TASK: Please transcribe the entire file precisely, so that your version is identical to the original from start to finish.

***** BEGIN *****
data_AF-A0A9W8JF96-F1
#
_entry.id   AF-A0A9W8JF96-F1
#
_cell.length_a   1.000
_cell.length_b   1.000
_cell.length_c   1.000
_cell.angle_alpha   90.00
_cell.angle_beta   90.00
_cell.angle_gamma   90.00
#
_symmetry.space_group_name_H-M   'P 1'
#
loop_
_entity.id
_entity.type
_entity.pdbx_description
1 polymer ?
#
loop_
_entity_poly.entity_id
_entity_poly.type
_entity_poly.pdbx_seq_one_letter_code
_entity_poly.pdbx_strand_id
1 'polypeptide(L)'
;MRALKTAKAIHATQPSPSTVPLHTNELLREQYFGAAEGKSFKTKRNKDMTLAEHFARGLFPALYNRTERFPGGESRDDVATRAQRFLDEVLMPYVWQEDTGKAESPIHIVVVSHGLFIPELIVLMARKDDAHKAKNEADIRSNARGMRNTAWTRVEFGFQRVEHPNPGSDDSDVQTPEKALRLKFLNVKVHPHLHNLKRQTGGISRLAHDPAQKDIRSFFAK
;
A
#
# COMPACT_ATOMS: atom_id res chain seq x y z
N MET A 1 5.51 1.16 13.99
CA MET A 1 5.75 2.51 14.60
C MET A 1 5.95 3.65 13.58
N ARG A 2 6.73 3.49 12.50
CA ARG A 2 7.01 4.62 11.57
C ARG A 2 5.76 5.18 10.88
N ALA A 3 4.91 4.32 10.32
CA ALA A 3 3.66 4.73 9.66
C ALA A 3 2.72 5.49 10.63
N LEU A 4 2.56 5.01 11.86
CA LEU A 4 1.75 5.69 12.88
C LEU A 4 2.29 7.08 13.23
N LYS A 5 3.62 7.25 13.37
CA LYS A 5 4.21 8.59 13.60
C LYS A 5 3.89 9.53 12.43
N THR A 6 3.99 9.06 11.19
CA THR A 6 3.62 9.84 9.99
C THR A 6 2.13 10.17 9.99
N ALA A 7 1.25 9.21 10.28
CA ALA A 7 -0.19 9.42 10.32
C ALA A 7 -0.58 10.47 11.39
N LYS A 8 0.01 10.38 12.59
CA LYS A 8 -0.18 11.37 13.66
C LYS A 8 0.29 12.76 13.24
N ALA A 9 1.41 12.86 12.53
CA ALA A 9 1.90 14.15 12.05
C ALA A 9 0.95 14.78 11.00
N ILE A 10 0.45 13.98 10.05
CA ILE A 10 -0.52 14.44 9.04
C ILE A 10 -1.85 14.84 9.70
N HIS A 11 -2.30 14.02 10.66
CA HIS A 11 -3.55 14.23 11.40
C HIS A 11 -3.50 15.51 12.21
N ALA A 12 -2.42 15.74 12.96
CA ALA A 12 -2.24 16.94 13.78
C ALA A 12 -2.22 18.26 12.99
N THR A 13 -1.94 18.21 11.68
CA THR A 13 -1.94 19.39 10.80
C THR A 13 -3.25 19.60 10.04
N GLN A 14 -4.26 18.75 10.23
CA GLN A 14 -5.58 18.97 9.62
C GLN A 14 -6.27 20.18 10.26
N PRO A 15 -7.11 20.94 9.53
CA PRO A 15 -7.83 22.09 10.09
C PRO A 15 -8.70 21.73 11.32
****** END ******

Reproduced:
data_AF-A0A9W8JF96-F1
#
_entry.id   AF-A0A9W8JF96-F1
#
_cell.length_a   1.000
_cell.length_b   1.000
_cell.length_c   1.000
_cell.angle_alpha   90.00
_cell.angle_beta   90.00
_cell.angle_gamma   90.00
#
_symmetry.space_group_name_H-M   'P 1'
#
loop_
_entity.id
_entity.type
_entity.pdbx_description
1 polymer ?
#
loop_
_entity_poly.entity_id
_entity_poly.type
_entity_poly.pdbx_seq_one_letter_code
_entity_poly.pdbx_strand_id
1 'polypeptide(L)'
;MRALKTAKAIHATQPSPSTVPLHTNELLREQYFGAAEGKSFKTKRNKDMTLAEHFARGLFPALYNRTERFPGGESRDDVATRAQRFLDEVLMPYVWQEDTGKAESPIHIVVVSHGLFIPELIVLMARKDDAHKAKNEADIRSNARGMRNTAWTRVEFGFQRVEHPNPGSDDSDVQTPEKALRLKFLNVKVHPHLHNLKRQTGGISRLAHDPAQKDIRSFFAK
;
A
#
# COMPACT_ATOMS: atom_id res chain seq x y z
N MET A 1 5.51 1.16 13.99
CA MET A 1 5.75 2.51 14.60
C MET A 1 5.95 3.65 13.58
N ARG A 2 6.73 3.49 12.50
CA ARG A 2 7.01 4.62 11.57
C ARG A 2 5.76 5.18 10.88
N ALA A 3 4.91 4.32 10.32
CA ALA A 3 3.66 4.73 9.66
C ALA A 3 2.72 5.49 10.63
N LEU A 4 2.56 5.01 11.86
CA LEU A 4 1.75 5.69 12.88
C LEU A 4 2.29 7.08 13.23
N LYS A 5 3.62 7.25 13.37
CA LYS A 5 4.21 8.59 13.60
C LYS A 5 3.89 9.53 12.43
N THR A 6 3.99 9.06 11.19
CA THR A 6 3.62 9.84 9.99
C THR A 6 2.13 10.17 9.99
N ALA A 7 1.25 9.21 10.28
CA ALA A 7 -0.19 9.42 10.32
C ALA A 7 -0.58 10.47 11.39
N LYS A 8 0.01 10.38 12.59
CA LYS A 8 -0.18 11.37 13.66
C LYS A 8 0.29 12.76 13.24
N ALA A 9 1.41 12.86 12.53
CA ALA A 9 1.90 14.15 12.05
C ALA A 9 0.95 14.78 11.00
N ILE A 10 0.45 13.98 10.05
CA ILE A 10 -0.52 14.44 9.04
C ILE A 10 -1.85 14.84 9.70
N HIS A 11 -2.30 14.02 10.66
CA HIS A 11 -3.55 14.23 11.40
C HIS A 11 -3.50 15.51 12.21
N ALA A 12 -2.42 15.74 12.96
CA ALA A 12 -2.24 16.94 13.78
C ALA A 12 -2.22 18.26 12.99
N THR A 13 -1.94 18.21 11.68
CA THR A 13 -1.94 19.39 10.80
C THR A 13 -3.25 19.60 10.04
N GLN A 14 -4.26 18.75 10.23
CA GLN A 14 -5.58 18.97 9.62
C GLN A 14 -6.27 20.18 10.26
N PRO A 15 -7.11 20.94 9.53
CA PRO A 15 -7.83 22.09 10.09
C PRO A 15 -8.70 21.73 11.32